In DC, all we got was some downed trees and, to many students’ delight, two days off from class. To us, it seemed like the usual threat of a hurricane that didn’t measure up to the hype. The situation in New York was much different, however. I’m from Long Island, and having my parents call me and tell me that things were horrible up there didn’t hit me until later. My family was out of power and heat for over a week, but we were incredibly lucky. Many former classmates of mine live in Long Beach, Long Island, a coastal town, and when I saw no activity from them on Facebook I didn’t think anything of it, until I realized that all of them probably lost their homes and everything in them from the tremendous storm surges. One of my best friends from home had a tree go through her bedroom roof—while she was in it. Towns on the shore were decimated, becoming wastelands full of garbage and broken homes. The beaches that I frequent during the summer were turned upside down, and the highway that led to all of them literally cracked in half. When I went home for Thanksgiving I got to see this for myself, and it was all that anyone—family, friends, television, radio—talked about. Jarring is not strong enough a word for what this was like for me. I still don’t fully believe that these things happened.
Despite my doubts, I wanted to do something to help everyone back home in any way that I could. I work at Health Education Services, and as a group we came up with an idea to write notes of inspiration and support on a huge banner in Red Square. Titled “Solidarity for Sandy,” an incredible amount of students showed up to give support to those affected by the hurricane. Seeing so much support for those I love made me proud of my Hoya family.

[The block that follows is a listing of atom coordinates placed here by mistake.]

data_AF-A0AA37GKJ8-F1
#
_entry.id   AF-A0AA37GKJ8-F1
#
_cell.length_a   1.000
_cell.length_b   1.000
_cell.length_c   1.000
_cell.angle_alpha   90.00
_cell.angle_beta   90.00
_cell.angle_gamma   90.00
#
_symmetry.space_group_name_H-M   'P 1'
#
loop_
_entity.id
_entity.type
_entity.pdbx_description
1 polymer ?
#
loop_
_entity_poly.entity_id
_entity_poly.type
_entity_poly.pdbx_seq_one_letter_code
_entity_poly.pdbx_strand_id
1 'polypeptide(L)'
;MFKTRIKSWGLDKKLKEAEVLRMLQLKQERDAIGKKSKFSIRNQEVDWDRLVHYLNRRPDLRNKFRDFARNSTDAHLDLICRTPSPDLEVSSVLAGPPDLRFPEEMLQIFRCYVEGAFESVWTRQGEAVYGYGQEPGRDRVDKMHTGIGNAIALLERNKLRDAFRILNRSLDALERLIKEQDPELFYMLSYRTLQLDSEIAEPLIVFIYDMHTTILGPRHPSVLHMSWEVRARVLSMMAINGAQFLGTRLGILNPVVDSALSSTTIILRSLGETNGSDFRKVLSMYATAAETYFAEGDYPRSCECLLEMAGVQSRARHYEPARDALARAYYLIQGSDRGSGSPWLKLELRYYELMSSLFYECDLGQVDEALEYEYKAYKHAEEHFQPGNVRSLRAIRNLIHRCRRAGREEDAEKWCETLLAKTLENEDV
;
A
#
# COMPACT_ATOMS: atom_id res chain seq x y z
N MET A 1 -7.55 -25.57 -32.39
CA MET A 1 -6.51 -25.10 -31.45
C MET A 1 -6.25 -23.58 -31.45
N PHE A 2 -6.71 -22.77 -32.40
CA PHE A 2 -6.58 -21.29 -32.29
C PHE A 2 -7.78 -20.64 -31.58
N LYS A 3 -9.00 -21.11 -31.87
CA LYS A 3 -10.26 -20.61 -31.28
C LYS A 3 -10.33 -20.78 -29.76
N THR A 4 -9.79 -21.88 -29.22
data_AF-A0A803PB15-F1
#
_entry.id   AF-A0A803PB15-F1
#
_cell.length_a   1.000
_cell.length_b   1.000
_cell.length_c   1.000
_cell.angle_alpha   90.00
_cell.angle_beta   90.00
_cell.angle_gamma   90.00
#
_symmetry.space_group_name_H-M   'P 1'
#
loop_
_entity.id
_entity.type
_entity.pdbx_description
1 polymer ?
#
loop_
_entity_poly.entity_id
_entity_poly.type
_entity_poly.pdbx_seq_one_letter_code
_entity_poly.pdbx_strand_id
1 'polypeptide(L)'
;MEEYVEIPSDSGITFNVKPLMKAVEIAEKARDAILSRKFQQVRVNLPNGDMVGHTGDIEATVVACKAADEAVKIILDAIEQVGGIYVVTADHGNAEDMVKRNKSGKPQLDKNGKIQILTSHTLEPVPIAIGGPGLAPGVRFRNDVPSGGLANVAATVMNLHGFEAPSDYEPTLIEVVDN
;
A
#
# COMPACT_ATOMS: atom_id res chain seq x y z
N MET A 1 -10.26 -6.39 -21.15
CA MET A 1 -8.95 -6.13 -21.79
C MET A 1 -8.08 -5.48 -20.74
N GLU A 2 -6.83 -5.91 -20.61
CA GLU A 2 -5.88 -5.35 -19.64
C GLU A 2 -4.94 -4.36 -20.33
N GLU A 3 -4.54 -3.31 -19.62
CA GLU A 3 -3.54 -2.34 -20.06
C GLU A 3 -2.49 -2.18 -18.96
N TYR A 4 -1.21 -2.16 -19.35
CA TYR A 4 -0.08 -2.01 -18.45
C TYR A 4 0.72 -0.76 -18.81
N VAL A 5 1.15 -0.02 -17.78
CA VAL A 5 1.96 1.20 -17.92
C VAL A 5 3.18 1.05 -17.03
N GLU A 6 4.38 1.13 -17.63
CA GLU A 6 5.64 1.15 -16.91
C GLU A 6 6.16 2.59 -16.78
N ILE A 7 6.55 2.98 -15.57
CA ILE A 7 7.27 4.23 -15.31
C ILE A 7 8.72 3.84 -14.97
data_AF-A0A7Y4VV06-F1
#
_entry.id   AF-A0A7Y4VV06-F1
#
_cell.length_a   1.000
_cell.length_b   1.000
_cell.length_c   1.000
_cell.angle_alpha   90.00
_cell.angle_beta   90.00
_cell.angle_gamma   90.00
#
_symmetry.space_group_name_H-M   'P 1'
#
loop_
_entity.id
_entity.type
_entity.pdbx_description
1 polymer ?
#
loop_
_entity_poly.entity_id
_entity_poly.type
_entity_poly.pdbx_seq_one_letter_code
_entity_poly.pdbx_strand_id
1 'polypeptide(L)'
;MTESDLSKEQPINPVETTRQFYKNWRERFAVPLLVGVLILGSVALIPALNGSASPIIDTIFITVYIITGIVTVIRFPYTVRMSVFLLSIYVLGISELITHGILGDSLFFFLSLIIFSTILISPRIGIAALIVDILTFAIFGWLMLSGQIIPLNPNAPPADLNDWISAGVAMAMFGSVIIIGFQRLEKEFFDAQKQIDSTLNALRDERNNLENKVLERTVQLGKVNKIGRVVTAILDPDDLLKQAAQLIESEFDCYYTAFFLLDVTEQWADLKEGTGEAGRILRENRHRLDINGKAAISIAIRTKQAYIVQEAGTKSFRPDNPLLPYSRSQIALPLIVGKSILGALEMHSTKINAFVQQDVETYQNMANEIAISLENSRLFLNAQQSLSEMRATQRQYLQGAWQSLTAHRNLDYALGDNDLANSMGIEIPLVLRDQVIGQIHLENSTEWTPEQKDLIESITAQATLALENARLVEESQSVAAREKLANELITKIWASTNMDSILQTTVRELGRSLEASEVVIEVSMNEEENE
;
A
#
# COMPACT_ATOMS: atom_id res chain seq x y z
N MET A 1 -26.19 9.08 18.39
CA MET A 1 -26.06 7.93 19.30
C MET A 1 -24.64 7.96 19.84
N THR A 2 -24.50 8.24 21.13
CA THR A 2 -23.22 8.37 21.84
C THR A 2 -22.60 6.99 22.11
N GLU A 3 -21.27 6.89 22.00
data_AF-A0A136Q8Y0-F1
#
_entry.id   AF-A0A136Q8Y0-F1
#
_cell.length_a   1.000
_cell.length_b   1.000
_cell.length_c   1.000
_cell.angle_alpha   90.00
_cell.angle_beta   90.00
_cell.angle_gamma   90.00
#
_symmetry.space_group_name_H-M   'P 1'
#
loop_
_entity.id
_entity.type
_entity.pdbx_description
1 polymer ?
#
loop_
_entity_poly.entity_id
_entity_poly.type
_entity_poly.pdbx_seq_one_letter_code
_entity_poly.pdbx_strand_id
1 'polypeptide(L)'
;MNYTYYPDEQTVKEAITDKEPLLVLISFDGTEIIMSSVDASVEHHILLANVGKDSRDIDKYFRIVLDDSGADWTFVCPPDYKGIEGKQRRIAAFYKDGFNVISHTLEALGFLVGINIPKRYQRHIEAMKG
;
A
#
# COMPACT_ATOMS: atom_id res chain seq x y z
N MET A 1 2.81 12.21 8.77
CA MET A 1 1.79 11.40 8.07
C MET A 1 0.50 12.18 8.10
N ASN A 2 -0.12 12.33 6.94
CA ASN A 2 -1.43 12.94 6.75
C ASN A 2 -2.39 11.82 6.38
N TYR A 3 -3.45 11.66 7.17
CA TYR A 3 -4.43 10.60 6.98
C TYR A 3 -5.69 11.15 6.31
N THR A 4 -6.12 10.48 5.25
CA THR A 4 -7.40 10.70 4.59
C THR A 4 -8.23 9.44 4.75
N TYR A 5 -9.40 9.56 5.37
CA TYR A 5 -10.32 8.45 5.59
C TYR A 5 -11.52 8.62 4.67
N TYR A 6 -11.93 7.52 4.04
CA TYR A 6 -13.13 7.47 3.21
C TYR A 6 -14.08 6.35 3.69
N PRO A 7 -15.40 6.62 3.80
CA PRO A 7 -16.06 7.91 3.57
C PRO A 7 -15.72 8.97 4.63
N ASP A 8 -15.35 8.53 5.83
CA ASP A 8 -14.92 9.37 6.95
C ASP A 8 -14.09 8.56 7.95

I didn’t feel like writing notes to those in need was enough, though. My church back home falls under the Diocese of Rockville Centre, and this diocese covers all of Long Island. In an effort to help those in need, the diocese was asking for toiletry items. With the help of Sarah Justvig, Warren Wilson, and the Center for Social Justice (CSJ), we were able to collect a large box of toiletries from Georgetown students, faculty, and staff to send to the diocese. In addition, we sent the banner filled with messages of hope. SJ was also able to start an online donation system, and Health Education and my friend Stephen Gliatto collected spare change for the American Red Cross and Catholic Charities.
Hoyas are committed to social justice, and it means so much to know that this commitment has been translated into helping my home recover. I know that my family and home were fortunate in not suffering any damage, but so many, and so many I know, were not so lucky. While this may seem like a small contribution in the efforts of justice in such an unjust world, its effects are still felt by those whom we have helped. Even our small prayer service and candlelight vigil for those in Newtown will mean so much to those in unimaginable pain. I can only hope that we continue to grow as a community that helps one another through thick and thin, both here at Georgetown and in our nation and our world.